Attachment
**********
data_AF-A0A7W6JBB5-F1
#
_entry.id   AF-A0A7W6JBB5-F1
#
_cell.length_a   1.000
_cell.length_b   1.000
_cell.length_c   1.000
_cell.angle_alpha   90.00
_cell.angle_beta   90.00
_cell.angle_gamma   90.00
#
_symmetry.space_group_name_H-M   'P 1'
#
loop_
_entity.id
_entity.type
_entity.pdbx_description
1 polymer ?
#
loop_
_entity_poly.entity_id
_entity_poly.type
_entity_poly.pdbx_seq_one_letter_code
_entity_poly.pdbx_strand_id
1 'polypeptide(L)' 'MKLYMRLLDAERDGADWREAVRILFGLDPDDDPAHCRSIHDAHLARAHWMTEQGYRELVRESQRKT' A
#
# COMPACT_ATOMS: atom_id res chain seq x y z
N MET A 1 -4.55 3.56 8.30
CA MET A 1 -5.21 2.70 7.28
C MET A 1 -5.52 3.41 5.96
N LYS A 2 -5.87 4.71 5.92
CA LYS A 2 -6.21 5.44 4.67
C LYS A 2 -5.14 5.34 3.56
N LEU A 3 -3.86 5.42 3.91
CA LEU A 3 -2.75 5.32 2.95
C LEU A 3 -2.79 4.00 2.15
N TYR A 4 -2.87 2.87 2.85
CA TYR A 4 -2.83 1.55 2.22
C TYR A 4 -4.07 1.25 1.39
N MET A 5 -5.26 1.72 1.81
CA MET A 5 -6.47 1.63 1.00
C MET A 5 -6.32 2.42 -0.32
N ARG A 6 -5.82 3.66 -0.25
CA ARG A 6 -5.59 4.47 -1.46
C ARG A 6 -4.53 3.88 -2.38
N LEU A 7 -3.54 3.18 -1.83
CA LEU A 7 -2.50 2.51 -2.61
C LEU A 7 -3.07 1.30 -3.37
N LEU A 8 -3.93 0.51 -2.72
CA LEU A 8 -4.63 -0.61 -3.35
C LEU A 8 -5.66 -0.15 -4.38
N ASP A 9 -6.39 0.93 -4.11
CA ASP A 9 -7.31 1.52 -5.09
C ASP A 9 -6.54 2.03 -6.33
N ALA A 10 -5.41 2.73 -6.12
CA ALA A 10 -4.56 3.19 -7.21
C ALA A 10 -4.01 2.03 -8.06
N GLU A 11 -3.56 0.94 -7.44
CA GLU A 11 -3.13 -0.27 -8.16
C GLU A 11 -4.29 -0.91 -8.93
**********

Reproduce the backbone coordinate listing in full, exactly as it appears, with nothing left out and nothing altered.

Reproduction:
data_AF-A0A7W6JBB5-F1
#
_entry.id   AF-A0A7W6JBB5-F1
#
_cell.length_a   1.000
_cell.length_b   1.000
_cell.length_c   1.000
_cell.angle_alpha   90.00
_cell.angle_beta   90.00
_cell.angle_gamma   90.00
#
_symmetry.space_group_name_H-M   'P 1'
#
loop_
_entity.id
_entity.type
_entity.pdbx_description
1 polymer ?
#
loop_
_entity_poly.entity_id
_entity_poly.type
_entity_poly.pdbx_seq_one_letter_code
_entity_poly.pdbx_strand_id
1 'polypeptide(L)' 'MKLYMRLLDAERDGADWREAVRILFGLDPDDDPAHCRSIHDAHLARAHWMTEQGYRELVRESQRKT' A
#
# COMPACT_ATOMS: atom_id res chain seq x y z
N MET A 1 -4.55 3.56 8.30
CA MET A 1 -5.21 2.70 7.28
C MET A 1 -5.52 3.41 5.96
N LYS A 2 -5.87 4.71 5.92
CA LYS A 2 -6.21 5.44 4.67
C LYS A 2 -5.14 5.34 3.56
N LEU A 3 -3.86 5.42 3.91
CA LEU A 3 -2.75 5.32 2.95
C LEU A 3 -2.79 4.00 2.15
N TYR A 4 -2.87 2.87 2.85
CA TYR A 4 -2.83 1.55 2.22
C TYR A 4 -4.07 1.25 1.39
N MET A 5 -5.26 1.72 1.81
CA MET A 5 -6.47 1.63 1.00
C MET A 5 -6.32 2.42 -0.32
N ARG A 6 -5.82 3.66 -0.25
CA ARG A 6 -5.59 4.47 -1.46
C ARG A 6 -4.53 3.88 -2.38
N LEU A 7 -3.54 3.18 -1.83
CA LEU A 7 -2.50 2.51 -2.61
C LEU A 7 -3.07 1.30 -3.37
N LEU A 8 -3.93 0.51 -2.72
CA LEU A 8 -4.63 -0.61 -3.35
C LEU A 8 -5.66 -0.15 -4.38
N ASP A 9 -6.39 0.93 -4.11
CA ASP A 9 -7.31 1.52 -5.09
C ASP A 9 -6.54 2.03 -6.33
N ALA A 10 -5.41 2.73 -6.12
CA ALA A 10 -4.56 3.19 -7.21
C ALA A 10 -4.01 2.03 -8.06
N GLU A 11 -3.56 0.94 -7.44
CA GLU A 11 -3.13 -0.27 -8.16
C GLU A 11 -4.29 -0.91 -8.93